Sunday, October 25, 2020

Getaway for a day of play

 After the RoadTrek rally, and visiting with Alex, we left our RV with Sunshine State RV in Gainesville (where we originally bought it) for some service - new batteries, generator service. They needed it for at least a few days, so we rented a car to drive home and planned to return in a week or so.

While home, we did episode 201 of our YouTube show on the topic "What can you do with an old phone?" Then we had a couple of Toastmasters zoom meetings, a meeting over Google Meet with my Google Photos Product Experts group, and a workshop I teach on "Getting the Most out of Google Photos."  Why is it, the more retired we get, the harder it seems like we work? It couldn't be that it's because I just want to lounge around all day could it?

A Google Photos workshop I teach over Zoom

Anyway, when it came time to go back to Gainesville to pick up the van, we decided to make a mini vacation of it and contacted our friends Chris and Cherie who are living on their boat in Sanford to see if they were up for a visit. They suggested a night at Blue Springs - one of our favorite state parks. Yay!

We still had one meeting to attend, but the campground had a pretty good Verizon signal, so that worked well. The setting makes all the difference.

Attending a meeting on Zoom while at Blue Springs State Park

They even got us into the water. It was a bit chilly, but quite fun.

After a day of play, we followed them back to Sanford and helped do a little bit of Democratic campaigning on Saturday. We held signs for Biden/Harris and felt uplifted with each passing car who honked their support. Then we drove home and filled out our mail-in ballots. We determined to vote in person at a local early voting location. The mail in ballots were just for backup. 

I sure hope the results are better than last time. 

Wednesday, October 21, 2020

A different kind of post - Universal Basic Income

What do you do with a travel-log blog when you're not traveling? I got tired of a daily/weekly journal of pandemic living. During this time of staying home and watching politics in an election year, I've been doing a lot of thinking and reading, so I decided to write about that.

I've been reading a lot lately about Universal Basic Income - UBI. The first I heard of it was from presidential candidate Andrew Yang. On the debate stage, he said he was going to give everyone $1,000/mo. I didn't know what he was talking about - I thought he was really rich and this was basically a bribe he was giving to get people to vote for him. Turns out that it is a simple plan for the future to eliminate extreme poverty and promote the general welfare within a capitalist/democratic system. Link to Yang proposal.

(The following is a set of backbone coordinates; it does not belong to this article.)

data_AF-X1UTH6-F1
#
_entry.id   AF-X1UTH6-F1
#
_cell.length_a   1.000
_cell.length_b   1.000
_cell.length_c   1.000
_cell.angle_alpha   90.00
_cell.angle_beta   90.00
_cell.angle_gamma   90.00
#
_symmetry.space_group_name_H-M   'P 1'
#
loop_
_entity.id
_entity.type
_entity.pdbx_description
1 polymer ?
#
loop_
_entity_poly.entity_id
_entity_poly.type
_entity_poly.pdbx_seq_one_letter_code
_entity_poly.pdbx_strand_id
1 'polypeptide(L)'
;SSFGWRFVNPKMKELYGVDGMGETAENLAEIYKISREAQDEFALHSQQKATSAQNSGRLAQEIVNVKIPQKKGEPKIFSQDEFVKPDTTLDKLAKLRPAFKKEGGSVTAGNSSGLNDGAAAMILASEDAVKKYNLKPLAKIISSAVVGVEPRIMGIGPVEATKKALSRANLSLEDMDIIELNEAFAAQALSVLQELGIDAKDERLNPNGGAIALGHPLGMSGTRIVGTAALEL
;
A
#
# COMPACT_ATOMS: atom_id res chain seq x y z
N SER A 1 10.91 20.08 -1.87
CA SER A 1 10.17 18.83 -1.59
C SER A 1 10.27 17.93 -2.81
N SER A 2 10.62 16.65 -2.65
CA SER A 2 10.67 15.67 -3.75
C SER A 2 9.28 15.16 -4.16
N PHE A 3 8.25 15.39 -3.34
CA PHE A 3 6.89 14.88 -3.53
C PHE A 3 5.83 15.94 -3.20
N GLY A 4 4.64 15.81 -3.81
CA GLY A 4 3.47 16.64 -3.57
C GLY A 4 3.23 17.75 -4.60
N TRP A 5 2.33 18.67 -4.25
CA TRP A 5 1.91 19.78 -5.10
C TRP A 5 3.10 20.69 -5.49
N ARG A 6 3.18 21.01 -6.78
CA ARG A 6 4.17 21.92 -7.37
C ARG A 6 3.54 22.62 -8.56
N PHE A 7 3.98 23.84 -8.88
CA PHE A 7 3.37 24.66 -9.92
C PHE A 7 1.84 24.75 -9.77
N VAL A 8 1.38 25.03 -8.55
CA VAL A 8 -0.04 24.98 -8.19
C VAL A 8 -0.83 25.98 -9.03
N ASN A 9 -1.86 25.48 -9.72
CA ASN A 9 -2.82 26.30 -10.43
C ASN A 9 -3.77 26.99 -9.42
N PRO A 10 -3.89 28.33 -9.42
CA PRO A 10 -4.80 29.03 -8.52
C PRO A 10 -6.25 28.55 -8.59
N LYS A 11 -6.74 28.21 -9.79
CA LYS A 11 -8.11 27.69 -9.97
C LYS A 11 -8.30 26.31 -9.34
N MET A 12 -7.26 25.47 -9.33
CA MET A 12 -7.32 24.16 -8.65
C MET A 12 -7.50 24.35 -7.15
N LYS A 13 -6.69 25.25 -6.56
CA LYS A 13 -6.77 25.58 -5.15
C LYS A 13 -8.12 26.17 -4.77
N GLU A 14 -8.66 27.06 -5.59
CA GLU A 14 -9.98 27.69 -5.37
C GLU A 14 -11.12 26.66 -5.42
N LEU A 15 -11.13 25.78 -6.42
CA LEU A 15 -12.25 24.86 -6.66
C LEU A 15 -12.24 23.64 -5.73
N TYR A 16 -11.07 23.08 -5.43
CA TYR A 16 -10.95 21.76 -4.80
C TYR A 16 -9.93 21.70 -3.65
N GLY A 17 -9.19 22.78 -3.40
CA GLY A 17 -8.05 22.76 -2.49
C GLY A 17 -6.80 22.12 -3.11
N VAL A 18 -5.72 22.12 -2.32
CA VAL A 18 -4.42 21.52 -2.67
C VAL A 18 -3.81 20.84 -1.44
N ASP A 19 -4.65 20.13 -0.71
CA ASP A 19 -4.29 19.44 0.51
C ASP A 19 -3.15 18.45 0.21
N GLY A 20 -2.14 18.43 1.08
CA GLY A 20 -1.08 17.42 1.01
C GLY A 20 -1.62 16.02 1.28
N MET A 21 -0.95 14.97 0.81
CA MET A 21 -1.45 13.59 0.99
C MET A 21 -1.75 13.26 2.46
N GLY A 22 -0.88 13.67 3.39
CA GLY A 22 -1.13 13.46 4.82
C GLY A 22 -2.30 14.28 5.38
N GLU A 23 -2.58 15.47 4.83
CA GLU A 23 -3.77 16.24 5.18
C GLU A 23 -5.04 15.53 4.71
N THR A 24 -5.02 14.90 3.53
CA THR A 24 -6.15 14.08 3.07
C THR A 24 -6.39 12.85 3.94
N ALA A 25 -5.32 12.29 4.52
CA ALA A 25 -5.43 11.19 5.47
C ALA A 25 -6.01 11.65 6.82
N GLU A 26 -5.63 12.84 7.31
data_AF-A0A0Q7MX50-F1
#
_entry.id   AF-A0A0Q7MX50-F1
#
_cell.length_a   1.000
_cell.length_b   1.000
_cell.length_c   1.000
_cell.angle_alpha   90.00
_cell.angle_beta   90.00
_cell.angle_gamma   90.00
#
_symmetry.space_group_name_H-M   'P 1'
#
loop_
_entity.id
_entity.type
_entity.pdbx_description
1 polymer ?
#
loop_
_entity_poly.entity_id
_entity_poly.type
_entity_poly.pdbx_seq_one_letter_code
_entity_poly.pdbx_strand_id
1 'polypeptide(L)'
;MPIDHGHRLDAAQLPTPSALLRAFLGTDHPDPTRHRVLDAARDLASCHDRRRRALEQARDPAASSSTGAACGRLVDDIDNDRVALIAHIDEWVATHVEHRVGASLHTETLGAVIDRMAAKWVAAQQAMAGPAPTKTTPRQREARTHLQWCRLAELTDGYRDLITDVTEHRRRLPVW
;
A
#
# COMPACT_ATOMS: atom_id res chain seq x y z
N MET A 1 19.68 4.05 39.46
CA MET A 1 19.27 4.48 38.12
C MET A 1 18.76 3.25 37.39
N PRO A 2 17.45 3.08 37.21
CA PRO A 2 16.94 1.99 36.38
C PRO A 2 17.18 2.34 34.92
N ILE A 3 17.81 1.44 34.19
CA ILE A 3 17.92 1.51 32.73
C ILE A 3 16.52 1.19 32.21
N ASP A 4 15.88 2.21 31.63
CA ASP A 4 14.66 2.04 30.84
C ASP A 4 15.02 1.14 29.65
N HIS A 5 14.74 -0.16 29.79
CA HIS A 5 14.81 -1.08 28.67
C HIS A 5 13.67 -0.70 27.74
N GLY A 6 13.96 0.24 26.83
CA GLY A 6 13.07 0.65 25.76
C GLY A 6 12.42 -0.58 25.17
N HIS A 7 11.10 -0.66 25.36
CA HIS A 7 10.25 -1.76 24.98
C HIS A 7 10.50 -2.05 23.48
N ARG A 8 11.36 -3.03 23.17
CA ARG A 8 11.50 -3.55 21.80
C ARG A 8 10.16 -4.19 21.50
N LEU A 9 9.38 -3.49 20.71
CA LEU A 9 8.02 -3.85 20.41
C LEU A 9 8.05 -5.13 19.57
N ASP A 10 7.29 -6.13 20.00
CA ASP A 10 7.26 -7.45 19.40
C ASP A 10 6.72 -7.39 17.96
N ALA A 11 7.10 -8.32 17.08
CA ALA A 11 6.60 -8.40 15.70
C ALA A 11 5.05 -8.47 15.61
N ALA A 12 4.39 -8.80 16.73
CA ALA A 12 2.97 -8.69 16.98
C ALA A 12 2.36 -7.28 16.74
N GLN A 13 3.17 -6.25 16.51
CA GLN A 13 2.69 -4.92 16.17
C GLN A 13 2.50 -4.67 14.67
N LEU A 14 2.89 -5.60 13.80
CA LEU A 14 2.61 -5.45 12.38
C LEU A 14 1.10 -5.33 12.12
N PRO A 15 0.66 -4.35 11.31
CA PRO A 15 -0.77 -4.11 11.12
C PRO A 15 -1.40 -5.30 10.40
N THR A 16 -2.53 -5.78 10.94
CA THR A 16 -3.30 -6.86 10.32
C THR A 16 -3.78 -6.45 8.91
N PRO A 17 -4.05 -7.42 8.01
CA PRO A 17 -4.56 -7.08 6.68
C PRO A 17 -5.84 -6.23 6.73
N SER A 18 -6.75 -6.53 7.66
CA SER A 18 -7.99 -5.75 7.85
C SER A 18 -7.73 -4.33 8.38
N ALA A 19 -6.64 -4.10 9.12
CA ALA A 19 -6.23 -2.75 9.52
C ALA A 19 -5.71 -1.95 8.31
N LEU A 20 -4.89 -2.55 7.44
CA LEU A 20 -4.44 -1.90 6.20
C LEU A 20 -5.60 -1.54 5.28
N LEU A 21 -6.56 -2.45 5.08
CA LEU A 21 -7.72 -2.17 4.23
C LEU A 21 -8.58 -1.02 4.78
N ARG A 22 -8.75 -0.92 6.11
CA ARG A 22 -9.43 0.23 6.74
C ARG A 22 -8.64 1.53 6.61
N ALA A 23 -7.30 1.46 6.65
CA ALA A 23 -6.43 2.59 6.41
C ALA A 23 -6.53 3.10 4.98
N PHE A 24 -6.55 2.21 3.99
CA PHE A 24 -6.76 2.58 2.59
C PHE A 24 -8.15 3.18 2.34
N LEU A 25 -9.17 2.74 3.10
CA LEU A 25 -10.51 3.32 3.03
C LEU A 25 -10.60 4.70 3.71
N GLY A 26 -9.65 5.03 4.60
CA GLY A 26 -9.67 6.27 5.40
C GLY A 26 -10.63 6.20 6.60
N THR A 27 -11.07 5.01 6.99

I kept listening, and reading. What I concluded is that UBI fits well in my world view:
Freedom within structure - Capitalism with a floor and a ceiling

What is UBI?

The idea is that the government gives everyone a direct payment of money with no strings attached. Not enough money to live comfortably but enough to keep everyone out of extreme poverty. That's the "Basic" part. The "Universal" part is that everyone gets it, regardless of their current income. Rich people would get the same $1,000/mo (for example) as the poor and homeless people. The "no strings attached" means that there is no bureaucracy involved, no paperwork. No need to prove your income, no need to prove that you have children, no need to prove how you would spend it. Are you a US citizen? Are you over 18 years old? If so, $1,000 would just show up in your bank account once a month. Link to explainer video on UBI

Is UBI Socialism?

No. As Andrew Yang says, UBI is capitalism where income does not start at $0. Think about it, even a monopoly game gives all players some starting $. Capitalism is driven by people buying things. They can't buy things if they don't have any money. A universal basic income supports capitalism thriving. Link to article Universal Basic Income is Capitalism 2.0

Why do we need a UBI?

Think of a single mother in the US who needs to stay home to take care of children and maybe ailing parents, what is she supposed to do to pay rent and buy food? She will beg, borrow or steal to keep her family alive, but how healthy will they be? How distressed will she be? People who are secure in knowing they can afford basic housing, food, and clothing are healthier and more productive. A UBI would define a floor, a basic level of income that no citizen should be able to go below.